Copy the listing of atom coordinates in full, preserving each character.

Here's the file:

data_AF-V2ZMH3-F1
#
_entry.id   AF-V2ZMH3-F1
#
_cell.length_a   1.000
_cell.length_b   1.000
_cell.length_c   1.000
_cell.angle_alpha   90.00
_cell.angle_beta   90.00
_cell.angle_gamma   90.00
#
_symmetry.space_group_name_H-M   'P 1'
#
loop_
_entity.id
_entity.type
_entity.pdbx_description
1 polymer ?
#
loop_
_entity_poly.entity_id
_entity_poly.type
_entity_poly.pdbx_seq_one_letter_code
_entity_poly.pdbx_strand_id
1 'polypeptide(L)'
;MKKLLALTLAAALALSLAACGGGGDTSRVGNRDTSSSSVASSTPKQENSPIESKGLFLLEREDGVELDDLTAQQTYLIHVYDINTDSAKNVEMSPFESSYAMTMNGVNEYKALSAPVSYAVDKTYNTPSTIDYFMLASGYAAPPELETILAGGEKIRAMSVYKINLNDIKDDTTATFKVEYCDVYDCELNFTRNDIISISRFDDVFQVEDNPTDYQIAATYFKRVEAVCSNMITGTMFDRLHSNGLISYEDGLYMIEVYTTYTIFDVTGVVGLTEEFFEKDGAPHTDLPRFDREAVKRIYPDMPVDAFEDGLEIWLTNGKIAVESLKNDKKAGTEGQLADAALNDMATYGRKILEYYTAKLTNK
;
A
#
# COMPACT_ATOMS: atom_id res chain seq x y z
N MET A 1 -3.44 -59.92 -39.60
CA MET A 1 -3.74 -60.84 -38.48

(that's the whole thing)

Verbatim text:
data_AF-V2ZMH3-F1
#
_entry.id   AF-V2ZMH3-F1
#
_cell.length_a   1.000
_cell.length_b   1.000
_cell.length_c   1.000
_cell.angle_alpha   90.00
_cell.angle_beta   90.00
_cell.angle_gamma   90.00
#
_symmetry.space_group_name_H-M   'P 1'
#
loop_
_entity.id
_entity.type
_entity.pdbx_description
1 polymer ?
#
loop_
_entity_poly.entity_id
_entity_poly.type
_entity_poly.pdbx_seq_one_letter_code
_entity_poly.pdbx_strand_id
1 'polypeptide(L)'
;MKKLLALTLAAALALSLAACGGGGDTSRVGNRDTSSSSVASSTPKQENSPIESKGLFLLEREDGVELDDLTAQQTYLIHVYDINTDSAKNVEMSPFESSYAMTMNGVNEYKALSAPVSYAVDKTYNTPSTIDYFMLASGYAAPPELETILAGGEKIRAMSVYKINLNDIKDDTTATFKVEYCDVYDCELNFTRNDIISISRFDDVFQVEDNPTDYQIAATYFKRVEAVCSNMITGTMFDRLHSNGLISYEDGLYMIEVYTTYTIFDVTGVVGLTEEFFEKDGAPHTDLPRFDREAVKRIYPDMPVDAFEDGLEIWLTNGKIAVESLKNDKKAGTEGQLADAALNDMATYGRKILEYYTAKLTNK
;
A
#
# COMPACT_ATOMS: atom_id res chain seq x y z
N MET A 1 -3.44 -59.92 -39.60
CA MET A 1 -3.74 -60.84 -38.48